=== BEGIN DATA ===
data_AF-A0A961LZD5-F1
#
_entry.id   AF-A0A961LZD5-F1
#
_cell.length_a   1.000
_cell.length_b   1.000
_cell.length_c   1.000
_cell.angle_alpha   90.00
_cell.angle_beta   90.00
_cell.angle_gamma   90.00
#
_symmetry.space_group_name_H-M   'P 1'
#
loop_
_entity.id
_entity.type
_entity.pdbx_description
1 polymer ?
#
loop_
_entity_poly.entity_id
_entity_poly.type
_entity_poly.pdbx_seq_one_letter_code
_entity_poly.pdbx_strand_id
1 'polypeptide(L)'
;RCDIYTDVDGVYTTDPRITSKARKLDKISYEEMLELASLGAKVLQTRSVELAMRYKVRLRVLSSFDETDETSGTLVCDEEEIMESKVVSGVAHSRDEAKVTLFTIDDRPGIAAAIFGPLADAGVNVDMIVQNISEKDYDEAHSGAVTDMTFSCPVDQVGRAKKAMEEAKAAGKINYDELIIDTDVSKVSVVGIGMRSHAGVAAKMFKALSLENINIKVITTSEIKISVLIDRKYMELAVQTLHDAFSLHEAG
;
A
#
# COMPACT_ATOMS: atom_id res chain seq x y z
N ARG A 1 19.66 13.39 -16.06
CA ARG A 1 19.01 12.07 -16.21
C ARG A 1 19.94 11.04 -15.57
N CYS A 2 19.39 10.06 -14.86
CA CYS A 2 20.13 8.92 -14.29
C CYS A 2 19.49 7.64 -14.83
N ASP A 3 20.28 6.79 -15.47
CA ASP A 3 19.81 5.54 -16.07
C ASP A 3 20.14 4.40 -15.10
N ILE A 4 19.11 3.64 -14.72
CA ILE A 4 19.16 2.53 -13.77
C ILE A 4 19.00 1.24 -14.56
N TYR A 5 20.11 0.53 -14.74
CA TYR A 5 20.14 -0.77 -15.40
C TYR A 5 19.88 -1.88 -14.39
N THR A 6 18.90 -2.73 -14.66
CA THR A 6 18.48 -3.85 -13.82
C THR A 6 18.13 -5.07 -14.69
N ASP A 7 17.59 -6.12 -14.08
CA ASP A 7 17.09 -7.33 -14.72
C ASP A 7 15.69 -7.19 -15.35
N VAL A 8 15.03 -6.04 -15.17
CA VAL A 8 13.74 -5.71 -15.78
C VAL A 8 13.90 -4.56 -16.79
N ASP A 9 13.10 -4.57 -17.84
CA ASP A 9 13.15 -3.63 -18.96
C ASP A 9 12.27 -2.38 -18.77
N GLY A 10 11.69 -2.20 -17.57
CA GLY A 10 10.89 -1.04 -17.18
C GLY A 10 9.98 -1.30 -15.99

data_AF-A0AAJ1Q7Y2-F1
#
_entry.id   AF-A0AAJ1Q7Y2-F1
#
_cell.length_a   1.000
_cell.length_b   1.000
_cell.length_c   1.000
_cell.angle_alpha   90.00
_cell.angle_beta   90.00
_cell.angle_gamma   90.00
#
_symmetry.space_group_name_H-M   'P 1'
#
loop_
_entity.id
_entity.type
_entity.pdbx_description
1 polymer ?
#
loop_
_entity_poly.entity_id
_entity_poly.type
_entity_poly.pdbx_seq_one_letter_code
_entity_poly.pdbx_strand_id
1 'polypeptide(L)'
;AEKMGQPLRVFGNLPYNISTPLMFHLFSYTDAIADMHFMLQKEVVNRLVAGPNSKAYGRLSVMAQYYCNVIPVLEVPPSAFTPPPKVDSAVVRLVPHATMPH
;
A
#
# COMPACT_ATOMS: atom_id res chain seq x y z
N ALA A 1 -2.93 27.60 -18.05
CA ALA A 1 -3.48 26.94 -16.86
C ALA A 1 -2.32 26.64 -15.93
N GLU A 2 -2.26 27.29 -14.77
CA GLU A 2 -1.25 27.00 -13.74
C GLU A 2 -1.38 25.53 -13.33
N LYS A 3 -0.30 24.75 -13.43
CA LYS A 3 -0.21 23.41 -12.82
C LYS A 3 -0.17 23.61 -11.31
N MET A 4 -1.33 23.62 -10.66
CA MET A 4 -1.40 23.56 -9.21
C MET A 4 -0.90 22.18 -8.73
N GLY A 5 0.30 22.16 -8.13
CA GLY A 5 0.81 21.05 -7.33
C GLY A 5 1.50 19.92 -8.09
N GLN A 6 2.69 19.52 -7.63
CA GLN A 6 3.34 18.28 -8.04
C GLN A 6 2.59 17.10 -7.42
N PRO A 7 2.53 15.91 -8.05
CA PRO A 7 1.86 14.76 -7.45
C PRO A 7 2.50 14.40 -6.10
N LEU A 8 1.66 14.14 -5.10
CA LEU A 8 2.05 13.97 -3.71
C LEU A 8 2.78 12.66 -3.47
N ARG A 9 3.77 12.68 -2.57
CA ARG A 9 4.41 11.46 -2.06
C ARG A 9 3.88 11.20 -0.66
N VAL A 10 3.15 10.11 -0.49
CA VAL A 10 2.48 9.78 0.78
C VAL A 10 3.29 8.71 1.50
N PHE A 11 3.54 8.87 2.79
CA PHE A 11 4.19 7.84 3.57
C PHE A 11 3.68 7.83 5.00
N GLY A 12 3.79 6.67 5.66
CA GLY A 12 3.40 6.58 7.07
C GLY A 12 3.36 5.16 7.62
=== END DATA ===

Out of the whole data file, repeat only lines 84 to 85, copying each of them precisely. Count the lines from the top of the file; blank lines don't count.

_entity_poly.pdbx_strand_id
1 'polypeptide(L)'